American Bar Association. Standing Committee on Law and National Security. Conference on Intelligence Legislation. Chicago, IL: University of Chicago Law School, 1980. [Petersen]
Boren, David L. "Counterintelligence for the 1990s." American Intelligence Journal 10, no. 2 (1989): 9-14.
Chairman, Senate Select Committee on Intelligence (SSCI).
Clift, A. Denis. "The Five-Legged Calf: Bringing Intelligence to the National Security Debate." American Intelligence Journal 11, no. 1 (1989-1990): 24-30.
Codevilla, Angelo. "The Substance and the Rules." Washington Quarterly 6, no. 3 (1983): 32-37.
Petersen: "United States should define what it wants from its intelligence services."
Flanagan, Stephen J. "Managing the Intelligence Community." International Security 10, no. 1 (Summer 1988): 58-95.
Gates, Robert M. "Future Intelligence Challenges." Periscope 13, no. 4 (Fall 1988): 14-19.
Godson, Roy. "Intelligence Reform in the United States: The Proposed Charter." Foreign Affairs 143, no. 1 (1980): 3-19. [Petersen]
Godson, Roy, ed. Intelligence Requirements for the 1980s. 7 vols. Washington, DC: National Strategy Information Center, 1979-1985.
1. Elements of Intelligence. 1979. Rev. ed., 1983.
2. Analysis and Estimates. 1980.
3. Counterintelligence. 1980.
4. Covert Action. 1981.
5. Clandestine Collection. 1985.
6. Domestic Intelligence. Lexington, MA: Lexington Books, 1986.
7. Intelligence and Policy. Lexington, MA: Lexington Books, 1986.
Clark comment: These volumes consist of the collected papers and comments from colloquia held by the Consortium for the Study of Intelligence, beginning in 1979. Though sorely dated for analytic purposes today, they are useful for exploring the state of mind of individuals broadly supportive of intelligence activities during a period where intelligence was beginning to climb out of the hole dug for it in the 1970s.
It is interesting to Constantinides that several of the contributors later served as advisers to the Reagan campaign and/or transition team members. He also thinks that the "discussion sections are typically too short and too general." Pforzheimer notes that "many of the papers ... are of uneven quality"; however, there are others that "deserve to be read with great care and interest by professionals and non-professionals alike."
Robertson, I&NS 2.4, comments that "the emphasis on maintaining a unified approach, and a focus upon public policy issues, has meant that ... no attempt has been made to challenge [the series'] own conceptions and assumptions at a fundamental level." Nonetheless, the "series does have considerable unity of purpose and concepts.... Further, this unity of purpose is not at the expense of a diversity of views."
Godson, Roy. "Intelligence Requirements for the 1990s." Washington Quarterly 12, no. 1 (Winter 1989): 47-65.
Godson, Roy, ed. Intelligence Requirements for the 1990s: Collection, Analysis, Counterintelligence and Covert Action. Lexington, MA: Lexington Books, 1989.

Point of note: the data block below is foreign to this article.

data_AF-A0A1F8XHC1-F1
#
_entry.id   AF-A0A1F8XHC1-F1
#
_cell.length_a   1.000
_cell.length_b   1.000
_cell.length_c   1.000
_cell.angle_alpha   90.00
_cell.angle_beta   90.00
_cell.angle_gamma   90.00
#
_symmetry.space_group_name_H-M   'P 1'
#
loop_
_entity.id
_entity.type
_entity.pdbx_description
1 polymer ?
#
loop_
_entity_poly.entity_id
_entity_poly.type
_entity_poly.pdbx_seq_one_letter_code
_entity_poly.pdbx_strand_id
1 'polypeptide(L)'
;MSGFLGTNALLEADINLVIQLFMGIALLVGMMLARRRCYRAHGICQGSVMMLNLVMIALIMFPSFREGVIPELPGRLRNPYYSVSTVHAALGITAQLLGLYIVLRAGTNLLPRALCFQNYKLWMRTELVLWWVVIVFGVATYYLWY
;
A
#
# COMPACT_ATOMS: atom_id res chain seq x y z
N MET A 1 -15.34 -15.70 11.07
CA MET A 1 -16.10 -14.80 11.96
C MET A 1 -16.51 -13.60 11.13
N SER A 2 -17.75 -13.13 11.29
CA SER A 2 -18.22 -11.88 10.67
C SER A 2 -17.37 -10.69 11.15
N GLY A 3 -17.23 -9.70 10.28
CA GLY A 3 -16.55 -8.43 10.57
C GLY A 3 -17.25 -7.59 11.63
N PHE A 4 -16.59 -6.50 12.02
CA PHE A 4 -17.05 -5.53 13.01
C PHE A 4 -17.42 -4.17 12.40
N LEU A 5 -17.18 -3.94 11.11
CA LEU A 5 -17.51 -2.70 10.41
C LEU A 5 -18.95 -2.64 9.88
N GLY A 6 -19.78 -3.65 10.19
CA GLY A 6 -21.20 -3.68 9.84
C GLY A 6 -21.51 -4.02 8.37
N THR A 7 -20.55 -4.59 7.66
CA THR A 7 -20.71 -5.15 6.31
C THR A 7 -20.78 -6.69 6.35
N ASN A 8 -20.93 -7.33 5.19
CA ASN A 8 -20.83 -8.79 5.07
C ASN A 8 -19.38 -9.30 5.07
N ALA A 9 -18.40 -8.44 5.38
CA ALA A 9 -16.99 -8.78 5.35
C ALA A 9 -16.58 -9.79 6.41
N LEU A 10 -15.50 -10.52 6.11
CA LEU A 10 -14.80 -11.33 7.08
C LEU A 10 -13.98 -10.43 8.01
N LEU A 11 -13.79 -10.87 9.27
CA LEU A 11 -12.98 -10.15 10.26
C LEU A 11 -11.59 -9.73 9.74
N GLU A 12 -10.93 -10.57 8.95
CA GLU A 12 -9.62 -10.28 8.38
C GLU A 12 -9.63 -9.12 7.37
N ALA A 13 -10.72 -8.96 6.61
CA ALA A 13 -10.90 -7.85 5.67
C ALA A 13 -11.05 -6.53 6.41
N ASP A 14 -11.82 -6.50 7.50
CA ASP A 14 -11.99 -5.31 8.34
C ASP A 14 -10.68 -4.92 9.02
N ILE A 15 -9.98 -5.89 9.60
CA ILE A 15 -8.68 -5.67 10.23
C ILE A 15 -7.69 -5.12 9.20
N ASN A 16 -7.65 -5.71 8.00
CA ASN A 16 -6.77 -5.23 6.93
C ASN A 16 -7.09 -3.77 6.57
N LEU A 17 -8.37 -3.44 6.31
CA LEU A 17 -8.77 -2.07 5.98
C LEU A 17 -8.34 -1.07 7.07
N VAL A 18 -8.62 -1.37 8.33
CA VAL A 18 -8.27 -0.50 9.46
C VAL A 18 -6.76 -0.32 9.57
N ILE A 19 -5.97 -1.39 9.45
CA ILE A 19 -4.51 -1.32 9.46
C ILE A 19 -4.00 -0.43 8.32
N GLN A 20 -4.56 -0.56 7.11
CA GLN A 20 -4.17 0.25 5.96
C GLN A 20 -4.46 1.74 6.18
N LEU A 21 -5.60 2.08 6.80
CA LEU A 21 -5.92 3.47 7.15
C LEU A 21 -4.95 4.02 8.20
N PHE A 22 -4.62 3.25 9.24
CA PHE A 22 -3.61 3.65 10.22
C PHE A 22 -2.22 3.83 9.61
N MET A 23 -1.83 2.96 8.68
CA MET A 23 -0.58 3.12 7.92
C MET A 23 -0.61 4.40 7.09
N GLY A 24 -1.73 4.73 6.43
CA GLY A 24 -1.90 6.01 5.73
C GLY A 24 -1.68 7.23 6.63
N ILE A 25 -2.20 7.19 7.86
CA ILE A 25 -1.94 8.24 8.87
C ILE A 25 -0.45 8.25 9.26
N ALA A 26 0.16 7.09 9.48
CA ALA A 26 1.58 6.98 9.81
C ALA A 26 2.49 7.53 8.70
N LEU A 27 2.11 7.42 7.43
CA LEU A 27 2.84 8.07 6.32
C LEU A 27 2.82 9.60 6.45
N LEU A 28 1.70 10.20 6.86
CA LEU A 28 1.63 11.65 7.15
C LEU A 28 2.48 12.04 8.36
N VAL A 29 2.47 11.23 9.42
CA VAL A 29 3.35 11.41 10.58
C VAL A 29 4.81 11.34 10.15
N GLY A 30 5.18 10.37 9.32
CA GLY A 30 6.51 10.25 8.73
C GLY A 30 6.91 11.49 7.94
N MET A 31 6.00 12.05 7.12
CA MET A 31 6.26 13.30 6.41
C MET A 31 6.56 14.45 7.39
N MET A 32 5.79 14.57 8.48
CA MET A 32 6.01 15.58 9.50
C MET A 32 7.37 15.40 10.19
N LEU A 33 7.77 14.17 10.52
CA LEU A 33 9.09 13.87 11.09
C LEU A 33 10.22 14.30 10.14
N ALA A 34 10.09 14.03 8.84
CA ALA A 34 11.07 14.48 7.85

According to West, PSQ 106.3, much of the material on the Soviet Union and East Europe in this compendium was severely outdated even before the book came out. In addition, because the essays were written for a conference, there is a tendency for material to be repeated and for individual subjects to be watered down. Nonetheless, "the book is interesting, easy to read, and enjoys the general support of the academic intelligence community." The FA 68.5 (Sep.-Oct. 1988) reviewer notes that, while "dominated by the perspective" of executive branch intelligence practitioners, this book presents "a useful summary of the issues that confront American intelligence."
Goodman, Allan E.
1. "Dateline Langley: Fixing the Intelligence Mess." Foreign Policy 57 (Winter 1984-1985): 160-179.
2. "Reforming U.S. Intelligence." Foreign Policy 67 (Summer 1987): 121-136.
"[T]he intelligence community's performance in the Iran-contra dealings reflects long-standing problems stemming from the intrusion of politics into intelligence collection and analysis as well as alarming defects in the executive and congressional oversight process." The focus here is on both intelligence analysis and covert action activities.
3. "Intelligence and Foreign Policy: Reforming U.S. Intelligence." Current 299 (Jan. 1988): 34-40.
Isenberg, David. The Pitfalls of U.S. Covert Operations. Policy Analysis No. 118. Washington, DC: Cato Institute, 7 Apr. 1989. [http://www.cato.org/pubs/pas/PA118.HTM]
"An examination of U.S. covert-action policy since World War II reveals two facts that are not always fully appreciated. First, both the scope and the scale of such operations have been enormous.... Second, the success of U.S. covert operations has been exaggerated."
Jervis, Robert. "What's Wrong With the Intelligence Process?" International Journal of Intelligence and Counterintelligence 1, no. 1 (Spring 1986): 28-41.
Kalaris, George, and Leonard McCoy. "Counterintelligence for the 1990s." Studies in Intelligence 32 (Spring 1988); International Journal of Intelligence and Counterintelligence 2, no. 2 (Summer 1988): 179-187; and in Intelligence Requirements for the 1990s: Collection, Analysis, Counterintelligence and Covert Action, ed. Roy Godson (Lexington, MA: Lexington Books, 1989).
Maechling, Charles, Jr. "Improving the Intelligence System." Foreign Service Journal 57, no. 6 (Jun. 1980): 10-13, 41-42.
Mathews, Jessica Tuchman. "Redefining Security." Foreign Affairs 68, no. 2 (Spring 1989): 162-167.
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